Growler Next Gen Jamming pods. (Image credit: USN via The War Zone).

While the NGJ-MB pod will “cover the majority of critical threats”, NGJ-LB will be extremely important to provide cover to stealth aircraft, threatened by the emerging counter-stealth Low Band radars, engaging enemy threats from increased stand-off distances and employing increased capacity (number of jamming assignments). Here what I explained in this past article about the F-35 and the low-band radars:

In fact, tactical fighter-sized stealth aircraft are built to defeat radar operating at specific frequencies; usually high-frequency bands as C, X, Ku and S band where the radar accuracy is higher (in fact, the higher the frequency, the better is the accuracy of the radar system).

However, once the frequency wavelength exceeds a certain threshold and causes a resonant effect, LO aircraft become increasingly detectable. For instance, ATC radars, that operate at lower-frequency bands are theoretically able to detect a tactical fighter-sized stealth plane whose shape features parts that can cause resonance. Radars that operate at bands below 300 MHz (lower UHF, VHF and HF radars), such as the so-called Over The Horizon (OTH) radars, are believed to be particularly dangerous for stealth planes: although they are not much accurate (because lower frequency implies very large antenna and lower angle accuracy and angle resolution) they can spot stealth planes and be used to guide fighters equipped with IRST towards the direction the LO planes might be.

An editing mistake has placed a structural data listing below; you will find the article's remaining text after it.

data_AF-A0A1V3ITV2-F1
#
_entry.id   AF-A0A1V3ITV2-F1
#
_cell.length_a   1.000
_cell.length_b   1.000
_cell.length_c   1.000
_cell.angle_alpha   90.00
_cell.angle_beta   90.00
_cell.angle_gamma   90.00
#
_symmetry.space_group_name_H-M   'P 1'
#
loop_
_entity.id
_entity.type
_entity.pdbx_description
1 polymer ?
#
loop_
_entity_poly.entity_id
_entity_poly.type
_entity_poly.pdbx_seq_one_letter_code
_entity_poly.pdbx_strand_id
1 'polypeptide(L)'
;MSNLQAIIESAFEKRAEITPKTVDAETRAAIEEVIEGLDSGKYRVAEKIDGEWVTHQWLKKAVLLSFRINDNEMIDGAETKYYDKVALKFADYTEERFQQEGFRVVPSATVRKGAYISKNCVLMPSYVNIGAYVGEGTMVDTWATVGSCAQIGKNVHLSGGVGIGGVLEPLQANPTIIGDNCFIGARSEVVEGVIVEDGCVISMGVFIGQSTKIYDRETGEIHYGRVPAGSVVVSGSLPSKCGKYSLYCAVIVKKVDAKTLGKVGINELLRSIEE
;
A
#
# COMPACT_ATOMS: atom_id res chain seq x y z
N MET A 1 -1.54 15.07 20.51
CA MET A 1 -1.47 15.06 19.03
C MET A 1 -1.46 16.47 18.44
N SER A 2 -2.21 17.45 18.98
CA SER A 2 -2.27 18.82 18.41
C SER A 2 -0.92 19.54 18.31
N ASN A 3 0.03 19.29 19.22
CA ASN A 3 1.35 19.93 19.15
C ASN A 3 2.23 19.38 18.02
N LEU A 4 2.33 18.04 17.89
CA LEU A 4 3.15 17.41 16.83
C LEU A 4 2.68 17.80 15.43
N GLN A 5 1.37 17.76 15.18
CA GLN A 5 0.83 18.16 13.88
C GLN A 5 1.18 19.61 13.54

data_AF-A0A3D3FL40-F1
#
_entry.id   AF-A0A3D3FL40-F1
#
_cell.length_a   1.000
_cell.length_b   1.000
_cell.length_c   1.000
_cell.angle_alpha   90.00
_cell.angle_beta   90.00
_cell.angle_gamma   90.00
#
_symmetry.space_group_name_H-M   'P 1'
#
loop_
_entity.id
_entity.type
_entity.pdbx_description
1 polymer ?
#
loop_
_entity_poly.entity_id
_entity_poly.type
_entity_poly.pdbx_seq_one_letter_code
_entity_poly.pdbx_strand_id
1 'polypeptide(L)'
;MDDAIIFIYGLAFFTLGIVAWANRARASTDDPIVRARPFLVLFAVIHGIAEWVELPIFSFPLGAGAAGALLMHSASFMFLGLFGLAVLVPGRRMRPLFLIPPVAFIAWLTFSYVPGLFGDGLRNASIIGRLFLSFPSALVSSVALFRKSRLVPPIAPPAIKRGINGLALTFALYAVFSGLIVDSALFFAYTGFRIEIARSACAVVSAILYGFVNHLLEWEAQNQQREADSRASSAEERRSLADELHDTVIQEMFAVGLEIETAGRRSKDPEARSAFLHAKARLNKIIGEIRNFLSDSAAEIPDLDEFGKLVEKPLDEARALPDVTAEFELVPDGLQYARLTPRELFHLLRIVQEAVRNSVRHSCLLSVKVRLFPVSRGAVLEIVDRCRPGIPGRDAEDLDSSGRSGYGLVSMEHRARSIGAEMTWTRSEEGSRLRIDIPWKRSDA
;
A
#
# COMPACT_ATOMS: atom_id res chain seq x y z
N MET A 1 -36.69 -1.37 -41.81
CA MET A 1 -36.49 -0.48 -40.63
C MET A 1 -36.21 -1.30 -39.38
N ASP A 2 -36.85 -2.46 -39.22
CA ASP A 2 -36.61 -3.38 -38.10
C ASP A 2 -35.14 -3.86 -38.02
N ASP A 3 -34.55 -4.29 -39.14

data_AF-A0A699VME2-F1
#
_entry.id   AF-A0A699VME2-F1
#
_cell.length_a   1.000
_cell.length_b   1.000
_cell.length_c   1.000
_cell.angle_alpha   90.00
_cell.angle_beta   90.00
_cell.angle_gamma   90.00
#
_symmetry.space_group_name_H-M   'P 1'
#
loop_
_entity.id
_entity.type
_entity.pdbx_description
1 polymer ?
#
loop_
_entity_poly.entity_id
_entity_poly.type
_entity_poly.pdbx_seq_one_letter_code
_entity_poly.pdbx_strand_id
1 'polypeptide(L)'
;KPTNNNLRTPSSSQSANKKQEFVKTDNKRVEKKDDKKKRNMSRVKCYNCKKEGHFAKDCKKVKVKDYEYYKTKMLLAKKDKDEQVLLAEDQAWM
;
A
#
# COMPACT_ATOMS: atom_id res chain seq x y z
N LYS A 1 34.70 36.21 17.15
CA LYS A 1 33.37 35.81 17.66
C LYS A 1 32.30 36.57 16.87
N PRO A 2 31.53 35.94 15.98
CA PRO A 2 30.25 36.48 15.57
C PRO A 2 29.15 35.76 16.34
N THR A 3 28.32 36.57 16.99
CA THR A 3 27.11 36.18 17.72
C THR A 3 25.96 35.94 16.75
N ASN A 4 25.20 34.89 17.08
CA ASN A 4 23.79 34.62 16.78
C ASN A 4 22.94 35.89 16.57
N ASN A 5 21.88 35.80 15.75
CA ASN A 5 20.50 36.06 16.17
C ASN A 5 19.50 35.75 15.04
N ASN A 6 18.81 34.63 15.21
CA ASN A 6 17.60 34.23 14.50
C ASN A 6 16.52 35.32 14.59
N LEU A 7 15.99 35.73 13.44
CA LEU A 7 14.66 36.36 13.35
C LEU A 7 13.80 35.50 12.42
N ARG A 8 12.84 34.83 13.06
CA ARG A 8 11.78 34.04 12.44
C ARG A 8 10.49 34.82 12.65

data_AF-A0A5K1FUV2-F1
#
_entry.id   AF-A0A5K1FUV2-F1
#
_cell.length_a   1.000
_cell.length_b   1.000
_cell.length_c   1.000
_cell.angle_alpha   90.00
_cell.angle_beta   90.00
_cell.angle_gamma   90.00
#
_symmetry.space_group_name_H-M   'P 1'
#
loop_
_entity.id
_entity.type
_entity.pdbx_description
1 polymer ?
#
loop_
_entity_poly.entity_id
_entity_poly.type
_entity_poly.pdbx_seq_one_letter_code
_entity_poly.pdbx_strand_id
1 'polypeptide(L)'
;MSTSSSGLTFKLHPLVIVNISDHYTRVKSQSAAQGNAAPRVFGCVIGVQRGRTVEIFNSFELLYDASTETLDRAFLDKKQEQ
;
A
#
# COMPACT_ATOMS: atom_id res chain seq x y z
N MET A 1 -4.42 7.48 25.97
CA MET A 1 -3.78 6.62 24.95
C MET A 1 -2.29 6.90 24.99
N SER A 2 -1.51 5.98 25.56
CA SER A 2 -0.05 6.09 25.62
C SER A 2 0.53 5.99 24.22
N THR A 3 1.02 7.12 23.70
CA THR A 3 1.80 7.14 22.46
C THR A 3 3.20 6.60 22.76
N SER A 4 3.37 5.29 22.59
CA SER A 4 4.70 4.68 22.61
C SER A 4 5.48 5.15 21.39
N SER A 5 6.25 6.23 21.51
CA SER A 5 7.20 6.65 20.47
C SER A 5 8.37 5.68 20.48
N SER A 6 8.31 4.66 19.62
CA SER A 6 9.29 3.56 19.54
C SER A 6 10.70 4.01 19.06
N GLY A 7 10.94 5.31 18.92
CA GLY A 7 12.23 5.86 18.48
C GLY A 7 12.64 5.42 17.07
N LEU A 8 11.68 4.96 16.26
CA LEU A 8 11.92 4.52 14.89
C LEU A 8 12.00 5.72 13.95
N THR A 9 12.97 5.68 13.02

Interestingly, the NGJ-MB does not use the typical front propeller to drive ram-air turbine: it is equipped with two pairs of doors, on each side of the pod that allow air inside the pod to power the pod.

Noteworthy, a Prime Power Generation Capability pod installed on a Gulfstream G-III aircraft, registration N710CF, operated by Calspan, a company that provides Airborne Testbed Services, was already used to conduct power generation flight testing and risk reduction efforts in support of the initial flight clearance process.